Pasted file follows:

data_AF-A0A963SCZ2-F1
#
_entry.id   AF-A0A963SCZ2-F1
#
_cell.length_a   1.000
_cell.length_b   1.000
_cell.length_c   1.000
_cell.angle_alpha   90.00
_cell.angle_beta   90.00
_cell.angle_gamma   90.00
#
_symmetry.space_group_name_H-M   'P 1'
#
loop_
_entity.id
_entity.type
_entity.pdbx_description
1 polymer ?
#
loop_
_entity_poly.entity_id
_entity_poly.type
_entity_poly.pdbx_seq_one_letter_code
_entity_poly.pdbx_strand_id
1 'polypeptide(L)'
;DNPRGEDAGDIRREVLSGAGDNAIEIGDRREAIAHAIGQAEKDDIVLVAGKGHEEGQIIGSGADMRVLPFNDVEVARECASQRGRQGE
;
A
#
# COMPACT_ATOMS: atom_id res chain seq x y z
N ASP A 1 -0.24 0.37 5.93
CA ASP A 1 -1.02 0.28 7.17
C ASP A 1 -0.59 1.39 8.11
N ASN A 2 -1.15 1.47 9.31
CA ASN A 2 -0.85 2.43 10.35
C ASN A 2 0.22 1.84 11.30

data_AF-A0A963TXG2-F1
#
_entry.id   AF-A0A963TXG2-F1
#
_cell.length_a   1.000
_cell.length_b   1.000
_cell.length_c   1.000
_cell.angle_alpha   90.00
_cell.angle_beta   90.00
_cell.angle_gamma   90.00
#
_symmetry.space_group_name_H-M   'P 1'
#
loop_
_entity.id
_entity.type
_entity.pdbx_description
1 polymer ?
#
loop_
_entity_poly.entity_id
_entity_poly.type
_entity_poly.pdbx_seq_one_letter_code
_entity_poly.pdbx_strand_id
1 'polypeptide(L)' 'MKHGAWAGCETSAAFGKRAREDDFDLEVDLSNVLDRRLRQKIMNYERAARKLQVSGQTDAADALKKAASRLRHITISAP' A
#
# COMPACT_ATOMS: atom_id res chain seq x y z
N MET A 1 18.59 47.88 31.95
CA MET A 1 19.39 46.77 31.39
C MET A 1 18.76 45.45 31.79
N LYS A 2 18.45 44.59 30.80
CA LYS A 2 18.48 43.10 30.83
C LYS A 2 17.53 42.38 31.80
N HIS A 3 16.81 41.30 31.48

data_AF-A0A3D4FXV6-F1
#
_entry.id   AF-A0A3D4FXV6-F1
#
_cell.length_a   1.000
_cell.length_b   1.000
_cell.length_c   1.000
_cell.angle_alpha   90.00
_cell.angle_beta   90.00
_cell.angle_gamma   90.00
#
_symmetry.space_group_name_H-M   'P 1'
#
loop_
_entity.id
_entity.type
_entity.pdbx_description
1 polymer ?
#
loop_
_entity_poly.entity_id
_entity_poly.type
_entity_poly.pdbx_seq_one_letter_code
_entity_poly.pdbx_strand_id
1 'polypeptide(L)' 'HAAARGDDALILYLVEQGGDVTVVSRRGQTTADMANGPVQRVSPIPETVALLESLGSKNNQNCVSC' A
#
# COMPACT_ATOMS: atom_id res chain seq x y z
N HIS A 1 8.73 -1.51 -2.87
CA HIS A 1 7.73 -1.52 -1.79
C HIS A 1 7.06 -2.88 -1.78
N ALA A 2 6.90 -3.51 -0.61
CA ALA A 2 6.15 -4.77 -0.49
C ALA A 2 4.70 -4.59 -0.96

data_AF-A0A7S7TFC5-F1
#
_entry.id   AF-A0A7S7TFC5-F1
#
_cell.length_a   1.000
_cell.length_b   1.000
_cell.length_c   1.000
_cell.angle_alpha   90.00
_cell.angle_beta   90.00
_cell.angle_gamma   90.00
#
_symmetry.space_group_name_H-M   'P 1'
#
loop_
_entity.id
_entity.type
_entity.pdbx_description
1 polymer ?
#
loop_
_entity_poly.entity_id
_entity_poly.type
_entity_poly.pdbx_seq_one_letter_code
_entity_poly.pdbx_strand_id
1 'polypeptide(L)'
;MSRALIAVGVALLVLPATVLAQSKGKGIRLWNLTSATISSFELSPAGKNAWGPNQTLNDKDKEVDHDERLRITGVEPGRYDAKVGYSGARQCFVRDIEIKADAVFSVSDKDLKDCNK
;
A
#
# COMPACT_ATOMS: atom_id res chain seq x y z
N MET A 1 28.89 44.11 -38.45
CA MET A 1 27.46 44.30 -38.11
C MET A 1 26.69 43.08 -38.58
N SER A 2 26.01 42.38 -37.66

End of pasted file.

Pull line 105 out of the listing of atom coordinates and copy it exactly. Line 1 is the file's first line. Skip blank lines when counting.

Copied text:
#